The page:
Wednesday, February 1, 2012

Scenario Consultation - Just the Cold Facts

A writer posed the following scenario to me:
  • Heroine is a gourmet baker trained at the Culinary Institute of America (CIA), but late of the other CIA’s Directorate of Science and Technology.
  • Heroine keeps a gun in the walk-in refrigerator at her bakery inside a safe with a digital lock.
  • Heroine is locked in the refrigerator by the VBG (Very Bad GAL, in this case).
  • Heroine retrieves gun.
  • Heroine knows something about the refrigerator that the VBG does not and gets out.
  • Heroine is confronted by VBG, and shoots VBG in the rear end so as to avoid killing (this is a cozy mystery).
Initial Questions Asked by the Author

a)      Would it work to have a gun in a refrigerator?
b)      What kind of gun would be good?
c)       Would the gun need some special weight of oil or lubrication to keep it in working order?


After reviewing the scenario that the author supplied, the following nucleus of operative facts emerged:

1.       The heroine needs to be a veteran of the National Clandestine Service;
2.       The VBG is unarmed;
3.       The heroine’s weapon needs to operate after long term exposure toe 28 – 40 degree Fahrenheit temperatures; and
4.       The heroine needs to use less than lethal means to subdue the VBG.

Let’s look at each of these in more detail:

a.       National Clandestine Service
Contrary to popular belief, most CIA employees are (with rare exceptions) neither exposed to nor trained in the use of firearms.  Those in the scientific branch of the organization, the Directorate of Science and Technology, research, create, and manage technical collection disciplines and equipment.  That is to say, they are the whiz kids who brought us the U-2, among other things.  The people who engage in cloak and dagger are from the National Clandestine Service (formerly known as the Directorate of Operations).  If the heroine is going to know her way around a firearm due to her past career, some changes will need to be made to her resume.

b.      VBG Unarmed
Our VBG doesn’t have a gun.  That means that if/when the heroine shoots her, she’s engaging in the unlawful use of deadly force.  As in “attempted murder.”  Not good for a heroine, and not good for a cozy mystery.  The author will need some other way to subdue the VBG.

c.       Operation After Long Term Exposure to Cold
Militec-1 Gun Lubricant
This issue becomes more interesting in light of the idea that the heroine can’t, or at least shouldn’t, use deadly force.  The short answer is that when it comes to guns, modern lubricants such as FP-10, BreakFree CLP, RemOil, Tetra Gun Grease or Militec-1 function well, without thickening, down to subzero temperatures, and that dry lubricants like Dryphite Graphite Gun Lubricant work in even more extreme conditions.  However, the refrigerator’s conditions are in no way extreme when it comes to firearms.  Of course, if our heroine isn’t using a gun…all bets are off with respect to lubricant.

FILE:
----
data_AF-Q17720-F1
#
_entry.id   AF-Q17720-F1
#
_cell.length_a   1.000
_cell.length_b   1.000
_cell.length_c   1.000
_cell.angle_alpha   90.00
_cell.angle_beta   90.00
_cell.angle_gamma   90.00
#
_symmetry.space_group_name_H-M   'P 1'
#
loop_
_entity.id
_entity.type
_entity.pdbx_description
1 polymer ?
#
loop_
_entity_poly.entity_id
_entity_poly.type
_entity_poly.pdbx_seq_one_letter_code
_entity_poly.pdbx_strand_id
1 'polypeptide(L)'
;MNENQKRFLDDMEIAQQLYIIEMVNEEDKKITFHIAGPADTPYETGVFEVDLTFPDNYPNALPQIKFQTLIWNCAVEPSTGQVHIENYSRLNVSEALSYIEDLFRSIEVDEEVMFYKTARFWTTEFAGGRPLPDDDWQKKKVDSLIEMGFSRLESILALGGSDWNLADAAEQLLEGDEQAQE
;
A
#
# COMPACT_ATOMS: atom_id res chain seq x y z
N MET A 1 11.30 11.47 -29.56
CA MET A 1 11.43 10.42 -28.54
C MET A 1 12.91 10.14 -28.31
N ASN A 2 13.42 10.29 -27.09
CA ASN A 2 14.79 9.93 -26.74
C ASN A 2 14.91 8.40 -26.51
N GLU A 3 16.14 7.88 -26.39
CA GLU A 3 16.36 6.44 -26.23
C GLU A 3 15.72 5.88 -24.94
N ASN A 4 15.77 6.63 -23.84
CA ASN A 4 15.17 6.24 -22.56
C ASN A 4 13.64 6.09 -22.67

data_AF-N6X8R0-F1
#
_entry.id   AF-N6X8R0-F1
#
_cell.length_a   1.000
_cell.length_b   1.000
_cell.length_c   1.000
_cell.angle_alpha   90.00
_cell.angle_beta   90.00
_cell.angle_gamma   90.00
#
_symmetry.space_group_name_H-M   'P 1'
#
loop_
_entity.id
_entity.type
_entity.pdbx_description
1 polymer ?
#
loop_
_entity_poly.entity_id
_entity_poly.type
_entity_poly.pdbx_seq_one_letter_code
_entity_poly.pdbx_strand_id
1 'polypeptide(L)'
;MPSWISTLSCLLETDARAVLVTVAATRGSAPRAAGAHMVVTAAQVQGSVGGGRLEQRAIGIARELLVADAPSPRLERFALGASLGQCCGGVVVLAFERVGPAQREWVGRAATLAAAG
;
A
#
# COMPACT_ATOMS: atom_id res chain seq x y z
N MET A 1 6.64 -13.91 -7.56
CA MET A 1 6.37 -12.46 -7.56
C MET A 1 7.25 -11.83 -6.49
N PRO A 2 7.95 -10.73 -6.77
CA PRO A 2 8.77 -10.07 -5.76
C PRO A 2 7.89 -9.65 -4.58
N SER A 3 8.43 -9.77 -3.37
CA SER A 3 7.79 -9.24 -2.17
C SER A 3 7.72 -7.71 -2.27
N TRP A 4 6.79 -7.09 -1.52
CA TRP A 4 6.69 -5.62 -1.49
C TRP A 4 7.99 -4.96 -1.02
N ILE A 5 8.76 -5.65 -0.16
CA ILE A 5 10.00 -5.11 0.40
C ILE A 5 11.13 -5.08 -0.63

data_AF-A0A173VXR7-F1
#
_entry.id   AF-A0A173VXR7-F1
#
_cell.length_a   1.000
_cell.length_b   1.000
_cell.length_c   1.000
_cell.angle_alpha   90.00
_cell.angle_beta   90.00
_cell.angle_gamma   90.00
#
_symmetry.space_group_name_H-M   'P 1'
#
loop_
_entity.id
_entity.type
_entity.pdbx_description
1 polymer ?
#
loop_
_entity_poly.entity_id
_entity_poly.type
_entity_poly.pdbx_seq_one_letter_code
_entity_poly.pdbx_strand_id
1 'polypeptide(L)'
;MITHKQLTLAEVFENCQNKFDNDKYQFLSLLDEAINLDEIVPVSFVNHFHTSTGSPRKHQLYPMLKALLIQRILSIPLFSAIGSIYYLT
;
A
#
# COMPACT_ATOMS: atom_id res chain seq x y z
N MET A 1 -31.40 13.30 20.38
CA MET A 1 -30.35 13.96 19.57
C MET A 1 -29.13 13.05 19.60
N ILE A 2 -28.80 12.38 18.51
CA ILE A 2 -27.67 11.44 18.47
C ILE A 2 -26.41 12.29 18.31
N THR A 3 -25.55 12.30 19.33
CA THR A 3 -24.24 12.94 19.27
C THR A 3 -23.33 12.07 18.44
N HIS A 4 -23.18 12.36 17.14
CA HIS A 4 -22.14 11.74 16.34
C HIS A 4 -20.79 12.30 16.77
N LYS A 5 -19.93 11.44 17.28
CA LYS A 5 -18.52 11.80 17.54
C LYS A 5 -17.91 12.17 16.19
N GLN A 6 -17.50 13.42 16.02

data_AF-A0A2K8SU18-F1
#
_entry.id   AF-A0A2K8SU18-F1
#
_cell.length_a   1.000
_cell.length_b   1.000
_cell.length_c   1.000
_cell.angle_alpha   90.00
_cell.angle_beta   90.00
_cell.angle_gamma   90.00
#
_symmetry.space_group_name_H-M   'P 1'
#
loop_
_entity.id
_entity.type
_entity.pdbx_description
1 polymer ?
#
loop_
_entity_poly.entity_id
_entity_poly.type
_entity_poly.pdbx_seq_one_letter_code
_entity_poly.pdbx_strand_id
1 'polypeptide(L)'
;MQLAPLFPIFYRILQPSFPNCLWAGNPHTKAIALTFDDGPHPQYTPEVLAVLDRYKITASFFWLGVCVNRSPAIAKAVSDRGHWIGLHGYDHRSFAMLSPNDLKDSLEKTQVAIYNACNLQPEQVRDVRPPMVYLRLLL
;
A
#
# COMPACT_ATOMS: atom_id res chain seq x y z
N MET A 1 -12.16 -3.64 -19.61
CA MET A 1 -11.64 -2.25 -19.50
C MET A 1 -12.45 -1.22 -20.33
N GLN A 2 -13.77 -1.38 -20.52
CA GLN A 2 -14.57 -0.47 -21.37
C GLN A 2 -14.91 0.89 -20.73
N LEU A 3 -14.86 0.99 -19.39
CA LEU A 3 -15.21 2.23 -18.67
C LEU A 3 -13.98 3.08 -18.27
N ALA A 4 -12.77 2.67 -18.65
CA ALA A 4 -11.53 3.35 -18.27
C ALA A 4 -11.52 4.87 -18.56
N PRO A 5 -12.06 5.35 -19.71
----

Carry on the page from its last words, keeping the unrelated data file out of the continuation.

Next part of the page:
d.      Less Than Lethal
Let’s start with the stipulation that shooting someone *IS* deadly force. Period.  End of story.  Next, let’s also stipulate that guns aren’t lasers, and that the bullet doesn’t magically go where you will it to go.  Under ideal, target range conditions, an expert shooter, using a match conditioned pistol is happy with a circular error probability (CEP) of two inches.  Now let’s inject our heroine and her situation here.  She’s scared.  She’s got more adrenaline than blood in her veins at this point (not really, but you get the idea).  She doesn’t have infinite time with which to set up the shot; it’s more of a snap shooting thing.  I have news for you.  In that situation our expert would be happy to hold a three inch CEP at ten feet.  And three inches, with a gun, makes a huge difference. It’s the difference between an ugly, bloody, but minor gouge on the VBG’s butt and a shattered hip bone or a torn femoral artery.  In one case our heroine has crippled the VBG, in the other she’s killed the VBG.  Hardly ideal for a cozy mystery.


1.       Change the heroine’s resume.  Make her a former NCS officer.  This way she’s had exposure to all sorts of firearms and nasty things.

Police Issue X-26 Taser
2.       Nix the gun.  No good thing can come, in a cozy mystery anyway, of the heroine having a gun.  Instead, have her stash a few police issue X-26 Tasers around the bakery, including in the walk-in refrigerator.  The Taser fires two small darts attached to between fifteen and 35 feet of wire (depending on the cartridge used) which don’t have to actually penetrate the VBG to work (they just need to be within an inch or two of skin).  When actuated, the Taser zaps the VBG with an initial 50,000 volts at .02 to 0.4 amps, dropping to 1,200 volts at nineteen pulses per second.  The result is that the body cannot communicate with the somatic (voluntary) nervous system (but can with autonomic functions that control the heart and breathing), and “neuromuscular incapacitation” through a means known as “electro-muscular disruption.”  That’s a long way of saying that the VBG immediately collapses and does the flounder on the floor until the Taser is switched off.  And, once it’s switched off the effect is over, with no lasting effects.  No lasting effects is GOOD for a cozy mystery.

3.       Storage in a refrigerator will, as with any electrical storage device, only benefit the Taser.

By replacing the gun with a Taser, we get to incapacitate, but not harm, the VBG, satisfying the requirements of the cozy mystery genre.  There are many other less than lethal technologies available that produce similar results, but few are as readily available and well known to the general public as the Taser.

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